Friday, November 13, 2009

On Filthy Mohammedans

There's been a bit of a tiff over at Roberta's about Muslims and America, in which quite a few smart people have been defending the opinion that Islam is inherently evil, that Muslims are inherently dangerous (at least enough so that a Muslim should be assumed dangerous until he proves himself trustworthy), and that a "good Muslim" is a rarity because of the religion's inherent incompatibility with western values.

One semirepresentative comment from Mr.B says:

Have [your good and decent Muslim friends] explain to you (and if possible, to me) how they can exist in both worlds, and how they can be a good muslim, and follow the words of Mohammed, yet be a good citizen in the US.

One or the other has to fail.

On the drive to work today, it occurred to me exactly what was bothering me so much about these arguments: the people making them sound just like militant atheists. I know the tone and argments very well from my angry-atheist days. "The Bible says you must not suffer a witch to live, so if you call yourself a Christian you're condoning the murder of pagans." "The Bible says a father can sell his daughter into slavery, so if you call yourself a Christian you're condoning the exploitation of children." Repeat for less destructive but sillier things, like bothering yourself with others' sex lives or wearing clothes made with more than one fabric. The bottom line was that, because the religion's source material contains some intolerant, violent, and simply antiquated stuff incompatible with our western values, that fundamentally tainted anybody who professed to follow the religion. Sound familiar?

The problem with all these arguments is that they don't take into account the real-world complexity of human beings, and how those people integrate very old traditions and values into their modern lives. In the end, all religions with any time under their belts will have embarassing, outdated cultural mandates that believers either interpret in ways consistent with modern standards or simply downplay and ignore. In my experience, because of the amount of personalization and interpretation that all people do, a person's religion is a very poor indicator of what kind of person he'll be.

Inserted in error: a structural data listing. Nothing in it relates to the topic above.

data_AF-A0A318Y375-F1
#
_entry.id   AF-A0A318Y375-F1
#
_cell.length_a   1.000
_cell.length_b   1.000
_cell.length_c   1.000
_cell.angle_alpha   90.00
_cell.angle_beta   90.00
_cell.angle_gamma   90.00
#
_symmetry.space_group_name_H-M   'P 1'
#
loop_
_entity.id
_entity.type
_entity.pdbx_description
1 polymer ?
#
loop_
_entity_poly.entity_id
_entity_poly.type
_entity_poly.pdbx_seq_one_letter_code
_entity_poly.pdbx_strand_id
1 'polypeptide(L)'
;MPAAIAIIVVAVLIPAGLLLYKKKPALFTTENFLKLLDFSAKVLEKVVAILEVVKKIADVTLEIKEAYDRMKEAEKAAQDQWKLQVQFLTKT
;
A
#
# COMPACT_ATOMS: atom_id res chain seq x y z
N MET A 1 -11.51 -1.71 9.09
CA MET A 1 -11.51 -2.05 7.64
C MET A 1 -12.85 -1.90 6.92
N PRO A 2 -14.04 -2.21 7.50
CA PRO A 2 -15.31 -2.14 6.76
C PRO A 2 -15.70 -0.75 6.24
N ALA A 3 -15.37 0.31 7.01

[* - I'm speaking factually, not playing the bigotry card.]


  1. Oooh, look at me! First commenter on a new blog!

    Too bad it took an issue like this to prompt you to start.

    Anyway. Agreed. In fact, you wrote the post I was going to write, with the added attraction that I would have had to go look up stuff in the Bible to point to as examples of "inherent evil."

    Not terribly comfortable with some tenets of Islam, but am also aware that some of what are commonly viewed as Islam's core beliefs are actually cultural artifacts, possibly rationalized by pointing to something that someone said they thought the voices in Muhammad's head meant. Burqas, for example.

    I had also thought of the example you gave in your comment at Roberta's, re: Catholics being obedient to the Pope, and that taking precedence in their hearts over loyalty to the USA; there were people convinced that JFK was going to take the Oath of Office and immediately turn the US into a Theocracy.

  2. Catholicism, and other religions are not cultrural things as much as religionss. Whereas Islam is both a cultural AND a religious philosphy. If you are muslim, you are, essentially, a slave to Allah. THe word of Allah is the Kiran (Quran).

    Larn about muslims, live with them, and then make your arguemnt.

    Until then, you have no idea about that which you speak.

    My statements stand.

  3. DW:

    Thanks for the follow. I've been meaning to start up a "real" blog for a while now, and with a meaty post buried in somebody's comments, figured there was no time like the present. Frankly, I was shocked to look here and see I had comments. ;)

    Mr.B: I'm deliberately not taking a position on Islam, exactly because I know very little about it. My point is simply that I know _people_ fairly well--at least well enough to know that people in real life aren't slaves to the laws of their religions. No matter how you define the players, the Christian holy text goes on for books and books telling you how to live your life, what you are and are not to do in your home and community, and what behavior you are to force and forbid in others. If we were to judge Christians by what the Bible tells them they must do, we could only conclude that Christians have no place in a society based on individual liberty.

    I know from experience that Christians _aren't_ defined by what they're ordered to do by the book they profess belief in, so telling me I should define Muslims by what their holy book orders them to do doesn't carry much weight.

    If you want make the case that real-world American Muslims _do_ overwhelmingly hold beliefs incompatible with American values, I'm open to that discussion. But it's a separate point.

  4. Well said. The analogy is precise.